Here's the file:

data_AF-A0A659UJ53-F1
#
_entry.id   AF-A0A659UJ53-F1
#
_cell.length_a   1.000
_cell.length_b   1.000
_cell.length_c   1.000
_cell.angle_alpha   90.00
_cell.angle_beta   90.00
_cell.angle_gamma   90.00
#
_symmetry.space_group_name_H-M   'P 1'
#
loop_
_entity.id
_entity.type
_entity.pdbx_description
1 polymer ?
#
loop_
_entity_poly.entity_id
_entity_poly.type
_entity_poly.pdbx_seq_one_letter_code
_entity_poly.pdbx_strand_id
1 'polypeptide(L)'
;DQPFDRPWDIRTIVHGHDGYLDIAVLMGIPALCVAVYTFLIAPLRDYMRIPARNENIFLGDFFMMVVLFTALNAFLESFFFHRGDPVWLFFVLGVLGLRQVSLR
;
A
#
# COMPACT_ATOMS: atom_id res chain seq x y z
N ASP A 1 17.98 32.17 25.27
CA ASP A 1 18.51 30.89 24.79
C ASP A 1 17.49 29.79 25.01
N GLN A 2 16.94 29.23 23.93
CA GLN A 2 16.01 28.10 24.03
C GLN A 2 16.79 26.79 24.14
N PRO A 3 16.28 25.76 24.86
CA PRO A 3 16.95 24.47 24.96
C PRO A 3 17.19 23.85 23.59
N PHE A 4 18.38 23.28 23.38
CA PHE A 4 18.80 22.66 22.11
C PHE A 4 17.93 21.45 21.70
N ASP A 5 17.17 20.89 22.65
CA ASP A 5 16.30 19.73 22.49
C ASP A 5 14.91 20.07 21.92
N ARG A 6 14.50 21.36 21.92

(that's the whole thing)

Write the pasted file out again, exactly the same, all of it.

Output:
data_AF-A0A659UJ53-F1
#
_entry.id   AF-A0A659UJ53-F1
#
_cell.length_a   1.000
_cell.length_b   1.000
_cell.length_c   1.000
_cell.angle_alpha   90.00
_cell.angle_beta   90.00
_cell.angle_gamma   90.00
#
_symmetry.space_group_name_H-M   'P 1'
#
loop_
_entity.id
_entity.type
_entity.pdbx_description
1 polymer ?
#
loop_
_entity_poly.entity_id
_entity_poly.type
_entity_poly.pdbx_seq_one_letter_code
_entity_poly.pdbx_strand_id
1 'polypeptide(L)'
;DQPFDRPWDIRTIVHGHDGYLDIAVLMGIPALCVAVYTFLIAPLRDYMRIPARNENIFLGDFFMMVVLFTALNAFLESFFFHRGDPVWLFFVLGVLGLRQVSLR
;
A
#
# COMPACT_ATOMS: atom_id res chain seq x y z
N ASP A 1 17.98 32.17 25.27
CA ASP A 1 18.51 30.89 24.79
C ASP A 1 17.49 29.79 25.01
N GLN A 2 16.94 29.23 23.93
CA GLN A 2 16.01 28.10 24.03
C GLN A 2 16.79 26.79 24.14
N PRO A 3 16.28 25.76 24.86
CA PRO A 3 16.95 24.47 24.96
C PRO A 3 17.19 23.85 23.59
N PHE A 4 18.38 23.28 23.38
CA PHE A 4 18.80 22.66 22.11
C PHE A 4 17.93 21.45 21.70
N ASP A 5 17.17 20.89 22.65
CA ASP A 5 16.30 19.73 22.49
C ASP A 5 14.91 20.07 21.92
N ARG A 6 14.50 21.36 21.92